UK government announces plans to reform the sentences for domestic abusers who kill their partners
The announcement has been made alongside the publication of the domestic homicide sentencing review
The Ministry of Justice announced on 17 March planned changes to the law on sentencing for domestic abuse offences, alongside the publication of a report on the findings of the domestic homicide sentencing independent review carried out by barrister Clare Wade KC.
The planned reforms to the law, which have not as yet been proposed in full, include providing for longer sentences where murder has been committed by a person with a history of coercive or controlling behaviour against the victim, with a history of coercive control being considered an aggravating factor; murderers using excessive violence to be given longer prison sentences; and a review into the manslaughter sentencing guidelines on ‘rough sex’.
The changes have been instigated by the 17 recommendations set out in the independent review, which concludes that the current sentencing framework does not adequately reflect the fact that many domestic murders are preceded by years of abuse. Over half of the domestic homicide cases reviewed in the report involved controlling or coercive behaviour, while excessive violence, or overkill, was identified in 60 per cent of the cases, with men being the perpetrator in all but one case. The review defines the term ‘overkill’ as the use of excessive, gratuitous violence beyond that necessary to cause the victim’s death.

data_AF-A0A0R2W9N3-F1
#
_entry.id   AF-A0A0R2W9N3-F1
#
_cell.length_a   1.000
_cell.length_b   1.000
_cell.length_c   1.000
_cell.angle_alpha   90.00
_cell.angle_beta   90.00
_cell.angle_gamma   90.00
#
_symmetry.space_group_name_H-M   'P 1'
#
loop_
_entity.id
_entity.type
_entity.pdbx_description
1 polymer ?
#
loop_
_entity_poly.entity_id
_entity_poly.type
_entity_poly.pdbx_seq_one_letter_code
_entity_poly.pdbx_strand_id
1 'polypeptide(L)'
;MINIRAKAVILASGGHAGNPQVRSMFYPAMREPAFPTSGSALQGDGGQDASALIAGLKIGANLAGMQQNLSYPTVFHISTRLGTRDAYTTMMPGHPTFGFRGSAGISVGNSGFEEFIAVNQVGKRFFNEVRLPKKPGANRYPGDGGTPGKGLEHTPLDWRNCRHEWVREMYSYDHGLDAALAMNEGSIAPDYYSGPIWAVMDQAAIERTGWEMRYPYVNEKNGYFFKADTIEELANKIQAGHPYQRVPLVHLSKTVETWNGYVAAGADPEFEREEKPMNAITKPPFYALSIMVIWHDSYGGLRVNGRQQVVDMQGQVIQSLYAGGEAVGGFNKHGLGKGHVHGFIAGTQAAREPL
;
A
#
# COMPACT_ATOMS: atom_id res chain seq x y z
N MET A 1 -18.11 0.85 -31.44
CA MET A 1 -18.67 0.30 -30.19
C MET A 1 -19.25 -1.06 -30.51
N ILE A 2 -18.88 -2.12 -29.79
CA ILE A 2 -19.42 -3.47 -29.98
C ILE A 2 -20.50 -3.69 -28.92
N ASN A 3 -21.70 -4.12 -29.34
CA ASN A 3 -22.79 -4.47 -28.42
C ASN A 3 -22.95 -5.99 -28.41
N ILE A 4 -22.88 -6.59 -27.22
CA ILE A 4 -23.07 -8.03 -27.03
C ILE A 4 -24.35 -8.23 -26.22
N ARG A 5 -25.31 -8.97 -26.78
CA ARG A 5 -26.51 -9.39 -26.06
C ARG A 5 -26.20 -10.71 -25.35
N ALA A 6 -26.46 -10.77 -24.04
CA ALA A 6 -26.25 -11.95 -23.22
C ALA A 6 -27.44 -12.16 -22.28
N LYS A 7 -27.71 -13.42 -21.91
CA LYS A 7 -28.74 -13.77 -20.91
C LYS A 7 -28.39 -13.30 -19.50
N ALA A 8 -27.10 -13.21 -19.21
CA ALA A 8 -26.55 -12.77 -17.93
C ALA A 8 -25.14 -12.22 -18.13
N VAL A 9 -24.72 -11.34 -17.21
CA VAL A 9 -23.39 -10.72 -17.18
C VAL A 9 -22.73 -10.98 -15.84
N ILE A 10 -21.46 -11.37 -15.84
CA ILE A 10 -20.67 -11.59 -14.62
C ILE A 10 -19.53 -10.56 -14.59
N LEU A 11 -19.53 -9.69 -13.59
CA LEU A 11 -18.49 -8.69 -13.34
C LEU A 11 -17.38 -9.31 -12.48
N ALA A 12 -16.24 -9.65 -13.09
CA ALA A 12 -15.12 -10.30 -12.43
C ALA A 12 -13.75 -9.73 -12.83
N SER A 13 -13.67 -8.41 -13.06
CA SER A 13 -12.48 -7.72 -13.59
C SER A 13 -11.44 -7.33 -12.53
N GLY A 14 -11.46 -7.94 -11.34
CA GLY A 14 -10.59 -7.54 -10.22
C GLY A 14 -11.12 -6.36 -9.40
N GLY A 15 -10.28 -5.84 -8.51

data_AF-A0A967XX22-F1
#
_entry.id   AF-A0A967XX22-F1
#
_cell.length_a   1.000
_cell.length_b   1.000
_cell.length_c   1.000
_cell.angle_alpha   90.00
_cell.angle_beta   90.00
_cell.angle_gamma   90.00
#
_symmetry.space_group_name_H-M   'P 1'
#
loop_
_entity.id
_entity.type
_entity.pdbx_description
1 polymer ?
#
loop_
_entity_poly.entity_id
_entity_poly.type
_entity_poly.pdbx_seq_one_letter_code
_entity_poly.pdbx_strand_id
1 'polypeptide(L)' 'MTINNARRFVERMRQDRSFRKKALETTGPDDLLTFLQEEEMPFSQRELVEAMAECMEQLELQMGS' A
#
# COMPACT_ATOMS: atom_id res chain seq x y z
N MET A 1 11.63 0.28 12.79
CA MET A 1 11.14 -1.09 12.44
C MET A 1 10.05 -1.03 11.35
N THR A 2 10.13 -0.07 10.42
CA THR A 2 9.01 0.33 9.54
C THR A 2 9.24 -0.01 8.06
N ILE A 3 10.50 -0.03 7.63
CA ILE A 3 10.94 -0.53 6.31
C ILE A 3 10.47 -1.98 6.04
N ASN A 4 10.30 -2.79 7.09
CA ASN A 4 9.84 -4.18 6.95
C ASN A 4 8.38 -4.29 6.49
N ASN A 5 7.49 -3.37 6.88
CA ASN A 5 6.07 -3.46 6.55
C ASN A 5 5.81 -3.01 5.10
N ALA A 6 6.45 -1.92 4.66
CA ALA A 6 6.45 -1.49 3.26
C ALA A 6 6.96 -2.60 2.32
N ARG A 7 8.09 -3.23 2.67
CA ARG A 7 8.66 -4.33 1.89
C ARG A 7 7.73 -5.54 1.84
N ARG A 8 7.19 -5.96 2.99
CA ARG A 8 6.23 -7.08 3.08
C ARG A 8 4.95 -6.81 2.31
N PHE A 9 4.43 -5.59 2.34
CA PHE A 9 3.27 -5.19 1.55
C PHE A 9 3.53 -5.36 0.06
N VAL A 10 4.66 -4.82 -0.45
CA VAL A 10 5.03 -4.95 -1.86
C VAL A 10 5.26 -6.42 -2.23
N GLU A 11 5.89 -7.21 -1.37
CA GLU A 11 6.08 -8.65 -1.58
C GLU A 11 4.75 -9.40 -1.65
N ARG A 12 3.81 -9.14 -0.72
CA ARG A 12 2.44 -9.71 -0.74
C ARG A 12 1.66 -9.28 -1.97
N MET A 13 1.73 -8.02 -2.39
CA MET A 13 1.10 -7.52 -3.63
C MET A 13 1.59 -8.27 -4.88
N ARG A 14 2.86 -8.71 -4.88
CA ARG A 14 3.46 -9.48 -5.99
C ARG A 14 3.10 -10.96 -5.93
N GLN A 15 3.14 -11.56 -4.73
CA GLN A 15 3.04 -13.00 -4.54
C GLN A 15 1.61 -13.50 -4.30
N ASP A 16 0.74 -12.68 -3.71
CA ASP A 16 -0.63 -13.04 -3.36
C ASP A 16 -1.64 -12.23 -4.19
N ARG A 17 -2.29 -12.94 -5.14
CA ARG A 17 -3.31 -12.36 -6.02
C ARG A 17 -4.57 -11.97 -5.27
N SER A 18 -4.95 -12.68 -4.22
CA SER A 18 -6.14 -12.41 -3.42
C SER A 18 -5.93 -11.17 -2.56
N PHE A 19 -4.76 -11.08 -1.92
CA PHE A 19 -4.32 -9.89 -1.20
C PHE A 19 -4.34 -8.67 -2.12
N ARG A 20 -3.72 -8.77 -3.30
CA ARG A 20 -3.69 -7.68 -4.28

The independent review also recommends that where a murder takes place at the end of a relationship or when the victim has expressed a desire to leave the relationship this should be regarded as an aggravating factor; that overkill should be defined in law as a specific legal harm and should also be an aggravating factor in murder; and a comprehensive review of defences to murder should take place in the form of a public consultation.
Following the finding in the review that the high risk of death that rough sex acts may present should be more adequately applied in the sentences relating to such offences, the government has asked the Sentencing Council to review the manslaughter sentencing guidelines to explain to judges that cases where deaths occur during rough sex should be punished with longer jail terms.
The review into domestic homicide sentencing was commissioned in 2021, following the murders of Ellie Gould and Poppy Devey-Waterhouse by their former partners, to examine whether the sentencing framework should be reformed to better reflect the seriousness of domestic homicide and to identify possible areas for improvement, while ensuring that women who retaliate after years of mistreatment are not inadvertently punished with longer prison sentences than necessary.
The government’s full response to the independent review and a forthcoming consultation on the proposal to introduce a new 25-year starting point for domestic murders preceded by coercive or controlling behaviour are due to be published in the summer.
Commenting on the review’s findings, Deputy Prime Minister, Lord Chancellor and Secretary of State for Justice, Dominic Raab, said: “This government will do everything we can to protect vulnerable women, and keep in prison for longer those who attack or threaten them. The changes I am announcing today will mean longer jail sentences for those who kill women in the home, by taking greater account of the specific factors involved, whether it is controlling and coercive behaviour or cases involving particular savagery known as ‘overkill’.”